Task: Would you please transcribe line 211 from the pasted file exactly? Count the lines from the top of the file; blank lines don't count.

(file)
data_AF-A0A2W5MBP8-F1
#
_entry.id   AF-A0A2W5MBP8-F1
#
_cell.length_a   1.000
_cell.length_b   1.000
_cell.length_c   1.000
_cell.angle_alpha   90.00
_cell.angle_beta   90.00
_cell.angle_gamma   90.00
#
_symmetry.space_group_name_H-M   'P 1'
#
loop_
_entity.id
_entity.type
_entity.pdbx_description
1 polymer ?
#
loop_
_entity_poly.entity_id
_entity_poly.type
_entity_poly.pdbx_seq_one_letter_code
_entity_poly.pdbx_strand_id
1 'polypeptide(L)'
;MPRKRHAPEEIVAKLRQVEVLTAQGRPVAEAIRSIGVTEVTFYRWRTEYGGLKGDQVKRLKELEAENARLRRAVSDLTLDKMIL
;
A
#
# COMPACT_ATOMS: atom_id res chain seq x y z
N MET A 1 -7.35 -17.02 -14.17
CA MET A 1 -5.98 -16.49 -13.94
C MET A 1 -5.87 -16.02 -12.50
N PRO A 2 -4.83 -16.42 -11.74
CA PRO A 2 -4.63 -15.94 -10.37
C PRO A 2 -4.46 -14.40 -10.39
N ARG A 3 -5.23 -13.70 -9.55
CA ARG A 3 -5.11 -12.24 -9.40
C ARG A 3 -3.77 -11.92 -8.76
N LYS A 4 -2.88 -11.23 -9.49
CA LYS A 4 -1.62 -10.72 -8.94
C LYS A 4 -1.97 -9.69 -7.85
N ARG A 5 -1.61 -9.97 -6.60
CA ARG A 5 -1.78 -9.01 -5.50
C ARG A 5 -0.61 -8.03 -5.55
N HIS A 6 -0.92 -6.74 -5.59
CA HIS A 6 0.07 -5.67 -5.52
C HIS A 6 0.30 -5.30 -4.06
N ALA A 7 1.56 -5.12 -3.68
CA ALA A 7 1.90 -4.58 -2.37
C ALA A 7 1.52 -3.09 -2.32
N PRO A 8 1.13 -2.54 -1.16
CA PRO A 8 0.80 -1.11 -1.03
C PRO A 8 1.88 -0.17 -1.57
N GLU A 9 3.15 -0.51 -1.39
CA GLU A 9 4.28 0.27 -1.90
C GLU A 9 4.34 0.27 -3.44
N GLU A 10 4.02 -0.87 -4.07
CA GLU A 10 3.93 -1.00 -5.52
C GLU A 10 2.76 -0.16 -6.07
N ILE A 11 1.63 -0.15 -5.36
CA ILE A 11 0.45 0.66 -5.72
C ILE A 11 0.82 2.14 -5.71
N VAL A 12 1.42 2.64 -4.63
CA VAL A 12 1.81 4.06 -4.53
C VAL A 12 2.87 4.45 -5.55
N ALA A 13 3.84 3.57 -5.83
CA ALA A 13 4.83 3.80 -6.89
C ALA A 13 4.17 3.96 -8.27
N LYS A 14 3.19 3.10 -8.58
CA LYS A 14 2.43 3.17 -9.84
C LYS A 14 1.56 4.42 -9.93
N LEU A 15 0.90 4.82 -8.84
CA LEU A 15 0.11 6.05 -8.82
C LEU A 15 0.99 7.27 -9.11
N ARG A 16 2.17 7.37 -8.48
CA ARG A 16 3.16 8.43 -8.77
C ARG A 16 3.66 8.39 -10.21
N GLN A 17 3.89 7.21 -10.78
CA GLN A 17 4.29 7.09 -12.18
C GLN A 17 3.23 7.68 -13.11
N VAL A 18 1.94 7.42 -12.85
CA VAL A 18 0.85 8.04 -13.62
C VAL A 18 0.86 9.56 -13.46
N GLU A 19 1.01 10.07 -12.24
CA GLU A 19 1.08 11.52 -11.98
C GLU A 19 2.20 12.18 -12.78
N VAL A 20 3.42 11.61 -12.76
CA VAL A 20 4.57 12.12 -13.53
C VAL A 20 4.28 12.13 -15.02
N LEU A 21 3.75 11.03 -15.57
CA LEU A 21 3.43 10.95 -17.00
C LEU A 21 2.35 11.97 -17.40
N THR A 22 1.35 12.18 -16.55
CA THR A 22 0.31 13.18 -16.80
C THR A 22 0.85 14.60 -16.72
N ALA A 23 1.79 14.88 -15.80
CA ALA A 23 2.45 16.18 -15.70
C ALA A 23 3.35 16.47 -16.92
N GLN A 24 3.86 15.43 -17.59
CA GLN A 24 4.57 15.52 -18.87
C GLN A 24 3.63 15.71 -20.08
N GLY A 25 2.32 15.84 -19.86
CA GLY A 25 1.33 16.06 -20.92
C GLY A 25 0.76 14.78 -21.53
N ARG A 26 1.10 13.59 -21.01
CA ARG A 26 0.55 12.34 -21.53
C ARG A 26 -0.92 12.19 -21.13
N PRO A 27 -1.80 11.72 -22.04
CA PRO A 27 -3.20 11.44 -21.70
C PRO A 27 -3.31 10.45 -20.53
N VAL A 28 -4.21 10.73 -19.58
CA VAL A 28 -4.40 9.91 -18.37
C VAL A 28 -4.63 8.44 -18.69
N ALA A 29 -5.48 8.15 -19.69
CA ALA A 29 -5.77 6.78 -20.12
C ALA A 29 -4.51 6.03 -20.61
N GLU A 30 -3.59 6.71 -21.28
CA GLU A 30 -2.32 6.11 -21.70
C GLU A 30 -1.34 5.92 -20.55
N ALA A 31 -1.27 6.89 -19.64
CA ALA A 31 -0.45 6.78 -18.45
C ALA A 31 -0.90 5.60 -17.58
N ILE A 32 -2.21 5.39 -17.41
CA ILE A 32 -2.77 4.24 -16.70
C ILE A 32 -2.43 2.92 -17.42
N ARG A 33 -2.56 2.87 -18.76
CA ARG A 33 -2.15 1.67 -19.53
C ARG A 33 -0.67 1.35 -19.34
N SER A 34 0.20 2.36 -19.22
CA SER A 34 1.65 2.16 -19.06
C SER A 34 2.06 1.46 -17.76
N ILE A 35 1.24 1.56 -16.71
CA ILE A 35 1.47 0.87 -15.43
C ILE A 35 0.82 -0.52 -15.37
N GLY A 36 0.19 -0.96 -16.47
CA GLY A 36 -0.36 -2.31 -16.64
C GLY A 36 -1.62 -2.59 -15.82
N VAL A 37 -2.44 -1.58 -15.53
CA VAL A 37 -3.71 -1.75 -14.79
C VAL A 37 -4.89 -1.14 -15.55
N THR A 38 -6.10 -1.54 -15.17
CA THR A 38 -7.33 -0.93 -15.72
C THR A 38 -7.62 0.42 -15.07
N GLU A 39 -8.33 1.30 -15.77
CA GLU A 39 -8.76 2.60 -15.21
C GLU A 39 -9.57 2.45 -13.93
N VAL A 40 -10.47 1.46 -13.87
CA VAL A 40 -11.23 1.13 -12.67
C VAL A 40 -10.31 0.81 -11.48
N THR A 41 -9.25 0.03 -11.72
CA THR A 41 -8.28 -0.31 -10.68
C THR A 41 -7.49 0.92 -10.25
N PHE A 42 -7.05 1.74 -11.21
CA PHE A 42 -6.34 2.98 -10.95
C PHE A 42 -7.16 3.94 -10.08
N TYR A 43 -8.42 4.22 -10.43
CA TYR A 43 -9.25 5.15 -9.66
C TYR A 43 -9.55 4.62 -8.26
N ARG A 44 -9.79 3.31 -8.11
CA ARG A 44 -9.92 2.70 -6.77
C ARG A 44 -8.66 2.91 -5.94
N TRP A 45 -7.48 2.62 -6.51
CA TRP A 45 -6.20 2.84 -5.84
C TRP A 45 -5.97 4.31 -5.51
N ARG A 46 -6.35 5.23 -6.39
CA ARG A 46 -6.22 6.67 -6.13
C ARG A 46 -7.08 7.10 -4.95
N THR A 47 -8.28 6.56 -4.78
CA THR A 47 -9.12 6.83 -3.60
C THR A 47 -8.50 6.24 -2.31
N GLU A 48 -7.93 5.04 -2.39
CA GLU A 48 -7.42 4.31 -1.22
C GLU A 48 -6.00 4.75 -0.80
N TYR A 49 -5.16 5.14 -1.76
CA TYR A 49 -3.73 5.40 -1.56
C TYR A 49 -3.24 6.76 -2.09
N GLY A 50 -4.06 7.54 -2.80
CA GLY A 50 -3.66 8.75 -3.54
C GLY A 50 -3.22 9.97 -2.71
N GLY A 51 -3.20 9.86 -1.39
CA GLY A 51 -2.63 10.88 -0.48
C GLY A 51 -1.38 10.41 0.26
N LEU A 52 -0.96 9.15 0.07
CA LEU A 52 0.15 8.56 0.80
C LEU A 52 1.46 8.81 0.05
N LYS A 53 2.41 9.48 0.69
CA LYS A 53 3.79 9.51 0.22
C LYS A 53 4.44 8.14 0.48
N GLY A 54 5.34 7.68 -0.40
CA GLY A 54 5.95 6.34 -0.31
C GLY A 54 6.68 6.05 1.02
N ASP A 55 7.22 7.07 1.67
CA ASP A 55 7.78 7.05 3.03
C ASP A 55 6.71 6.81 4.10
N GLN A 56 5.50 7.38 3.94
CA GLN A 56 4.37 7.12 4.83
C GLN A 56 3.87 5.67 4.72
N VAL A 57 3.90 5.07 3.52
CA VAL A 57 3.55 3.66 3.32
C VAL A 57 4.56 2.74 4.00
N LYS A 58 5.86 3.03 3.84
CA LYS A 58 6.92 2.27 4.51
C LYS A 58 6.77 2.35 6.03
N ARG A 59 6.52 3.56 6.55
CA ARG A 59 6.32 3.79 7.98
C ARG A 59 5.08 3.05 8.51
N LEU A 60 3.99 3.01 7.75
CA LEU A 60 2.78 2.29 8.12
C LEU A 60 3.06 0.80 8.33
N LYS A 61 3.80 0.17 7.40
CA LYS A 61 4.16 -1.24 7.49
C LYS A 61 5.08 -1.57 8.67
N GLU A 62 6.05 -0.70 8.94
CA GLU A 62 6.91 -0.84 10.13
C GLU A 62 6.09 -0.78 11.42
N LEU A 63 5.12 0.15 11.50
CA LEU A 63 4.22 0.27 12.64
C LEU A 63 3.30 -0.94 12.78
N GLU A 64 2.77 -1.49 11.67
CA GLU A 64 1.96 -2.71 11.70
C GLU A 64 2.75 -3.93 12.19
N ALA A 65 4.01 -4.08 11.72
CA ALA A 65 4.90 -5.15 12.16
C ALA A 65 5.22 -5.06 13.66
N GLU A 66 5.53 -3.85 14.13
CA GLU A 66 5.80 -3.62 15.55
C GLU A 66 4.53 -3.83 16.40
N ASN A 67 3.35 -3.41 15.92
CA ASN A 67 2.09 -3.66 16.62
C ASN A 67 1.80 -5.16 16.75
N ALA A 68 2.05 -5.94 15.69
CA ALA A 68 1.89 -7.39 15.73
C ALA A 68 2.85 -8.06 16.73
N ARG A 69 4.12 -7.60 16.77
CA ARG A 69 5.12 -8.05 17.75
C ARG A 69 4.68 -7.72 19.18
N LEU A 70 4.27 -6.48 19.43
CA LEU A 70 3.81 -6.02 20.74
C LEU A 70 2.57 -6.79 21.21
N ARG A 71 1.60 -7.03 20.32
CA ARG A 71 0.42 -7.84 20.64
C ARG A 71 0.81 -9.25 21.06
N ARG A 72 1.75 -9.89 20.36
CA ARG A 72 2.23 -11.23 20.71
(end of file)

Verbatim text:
N LYS A 61 3.80 0.17 7.40